Will Warner Bros Discovery's Combined Streaming Service Cost More Than HBO Max?

When you first signed up for to get movies by mail via Netflix all those years ago, did you imagine a future with countless competing streamers, some of which seem to spend more time throwing projects overboard like a sinking ship than they do actually programming stuff you like? Probably not! This seems to be the future no one asked for, and yet, it's where we've ended up in 2022.

If you've been tuned in to the ongoing streaming war drama of the year, you may already know that HBO Max – which launched in 2020 – is due for some changes in 2023. Back in August, the execs behind Warner Bros Discovery announced that the streaming home of shows like "Our Flag Means Death" and "Peacemaker" is set to merge with discovery+, which currently features programming from popular channels like HGTV, TLC, ID, and The Food Network. So when those two services become one, what will that mean for subscribers' wallets?

Expect some sort of price hike

The debut of the relaunched service, which is set for spring 2023 per Variety, will likely include a price hike for subscribers, although the specific numbers haven't yet been announced. At Warner Bros. Discovery's quarterly earnings call this week, president and CEO of streaming JB Perrette confirmed that the company is exploring a price change, saying, "it will have been three years since pricing has moved, which we think is an opportunity, particularly in this environment." It's unclear as of publication time how big the price hike will be, but Perrette said the company "can probably move north of where the prices are today."

HBO Max has kept a steady subscriber fee since its launch, with a $14.99 per month price point for ad-free programming. The company also launched a subscription option that includes ads, which currently goes for $9.99 per month. Both plans include an annual purchase discount, offering 16% off for anyone who signs up for a full year. The ad-free pricing is comparable to one of the most popular streamers out there, Netflix, which offers a standard plan at $15.49 per month.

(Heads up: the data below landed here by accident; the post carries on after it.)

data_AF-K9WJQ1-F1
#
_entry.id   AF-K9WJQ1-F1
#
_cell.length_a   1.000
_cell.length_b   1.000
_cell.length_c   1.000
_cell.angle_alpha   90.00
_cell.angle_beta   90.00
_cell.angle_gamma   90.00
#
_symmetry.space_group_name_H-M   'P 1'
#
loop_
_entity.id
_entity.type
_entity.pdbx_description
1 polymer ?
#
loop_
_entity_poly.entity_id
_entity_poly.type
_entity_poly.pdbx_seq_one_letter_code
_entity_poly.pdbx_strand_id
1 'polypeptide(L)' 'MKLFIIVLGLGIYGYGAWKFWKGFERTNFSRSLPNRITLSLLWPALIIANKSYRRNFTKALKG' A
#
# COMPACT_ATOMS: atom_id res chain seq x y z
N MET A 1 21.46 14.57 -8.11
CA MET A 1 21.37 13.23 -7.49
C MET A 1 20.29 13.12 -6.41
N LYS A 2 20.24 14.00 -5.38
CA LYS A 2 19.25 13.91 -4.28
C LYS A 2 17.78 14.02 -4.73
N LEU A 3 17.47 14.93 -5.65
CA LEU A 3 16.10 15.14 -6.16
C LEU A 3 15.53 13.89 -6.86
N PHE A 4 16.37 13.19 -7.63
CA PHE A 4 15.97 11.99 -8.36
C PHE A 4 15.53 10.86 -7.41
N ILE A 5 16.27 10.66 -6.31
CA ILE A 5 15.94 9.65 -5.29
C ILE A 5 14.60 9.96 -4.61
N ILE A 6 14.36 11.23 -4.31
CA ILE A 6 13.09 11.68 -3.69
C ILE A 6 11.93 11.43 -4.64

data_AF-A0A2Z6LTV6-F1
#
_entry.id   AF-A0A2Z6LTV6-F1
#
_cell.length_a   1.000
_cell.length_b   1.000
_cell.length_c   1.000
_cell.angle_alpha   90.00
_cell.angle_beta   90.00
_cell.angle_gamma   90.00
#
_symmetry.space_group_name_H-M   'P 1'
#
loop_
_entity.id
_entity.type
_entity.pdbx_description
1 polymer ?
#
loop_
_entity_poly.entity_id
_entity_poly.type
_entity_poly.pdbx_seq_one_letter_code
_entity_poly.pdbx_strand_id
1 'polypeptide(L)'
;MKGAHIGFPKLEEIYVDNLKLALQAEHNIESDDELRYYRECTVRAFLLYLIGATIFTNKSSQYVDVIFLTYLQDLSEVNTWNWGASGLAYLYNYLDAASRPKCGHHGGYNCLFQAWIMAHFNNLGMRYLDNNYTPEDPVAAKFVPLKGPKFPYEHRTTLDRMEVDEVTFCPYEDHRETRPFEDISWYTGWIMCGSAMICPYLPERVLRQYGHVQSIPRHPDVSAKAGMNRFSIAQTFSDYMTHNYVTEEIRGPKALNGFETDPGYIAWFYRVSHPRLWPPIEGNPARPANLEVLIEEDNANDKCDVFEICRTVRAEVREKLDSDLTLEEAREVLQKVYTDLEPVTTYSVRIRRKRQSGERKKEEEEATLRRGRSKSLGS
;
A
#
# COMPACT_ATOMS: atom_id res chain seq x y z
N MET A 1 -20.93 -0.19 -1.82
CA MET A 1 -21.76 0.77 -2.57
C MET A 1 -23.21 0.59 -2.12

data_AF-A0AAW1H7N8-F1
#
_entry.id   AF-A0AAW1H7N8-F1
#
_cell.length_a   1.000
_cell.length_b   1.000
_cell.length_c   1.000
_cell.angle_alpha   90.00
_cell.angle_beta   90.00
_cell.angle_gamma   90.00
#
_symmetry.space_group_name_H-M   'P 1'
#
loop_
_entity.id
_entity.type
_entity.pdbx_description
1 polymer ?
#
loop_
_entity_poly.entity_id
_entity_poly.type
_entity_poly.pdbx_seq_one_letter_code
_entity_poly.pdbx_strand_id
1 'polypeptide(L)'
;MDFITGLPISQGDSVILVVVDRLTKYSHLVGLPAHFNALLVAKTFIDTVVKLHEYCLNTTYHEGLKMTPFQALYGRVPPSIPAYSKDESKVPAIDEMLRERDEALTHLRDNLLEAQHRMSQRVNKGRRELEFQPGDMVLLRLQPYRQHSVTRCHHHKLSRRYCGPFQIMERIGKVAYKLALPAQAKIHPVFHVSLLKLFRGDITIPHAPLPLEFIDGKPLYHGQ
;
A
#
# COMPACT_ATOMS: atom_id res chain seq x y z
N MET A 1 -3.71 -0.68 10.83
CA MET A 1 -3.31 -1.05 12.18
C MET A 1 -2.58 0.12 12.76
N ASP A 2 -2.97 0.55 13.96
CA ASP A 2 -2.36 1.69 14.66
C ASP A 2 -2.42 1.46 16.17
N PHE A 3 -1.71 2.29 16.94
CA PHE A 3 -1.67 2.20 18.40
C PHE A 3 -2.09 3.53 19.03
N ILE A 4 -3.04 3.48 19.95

Will the new streamer be worth it?

The platform's current $14.99 price point gives audiences access to an impressive catalog of HBO and HBO Max original shows and movies, and a back catalog of classics, including many Warner Brothers titles. However, the streamer has been in the spotlight since the merger between Warner Bros. and Discovery this spring, particularly thanks to controversial cost-cutting strategies that have largely been credited to CEO David Zaslav. So far, these changes include removing some titles that aren't available elsewhere from the streamer, purging and canceling animated projects, and shelving a major release in "Batgirl."

If you do stick with HBO Max through its expected price hike next year – which many will, as it's the home of huge shows like "Euphoria" and "House of the Dragon" – you may be seeing more changes. On the earnings call, Zaslav defended the choice to take some programming off the platform, saying they're "focused now on: how do we deploy that capital in a way to generate real value and get the content that's not working off?" That means more shows you know and love could disappear into the ether.

On the other hand, Warner Bros Discovery execs also spoke about launching a free, ad-supported streamer, which would essentially be their own equivalent to streamers like Tubi or The Roku Channel. We'll keep you posted as more details arise about the future of HBO Max, discovery+, and the wild world of streaming.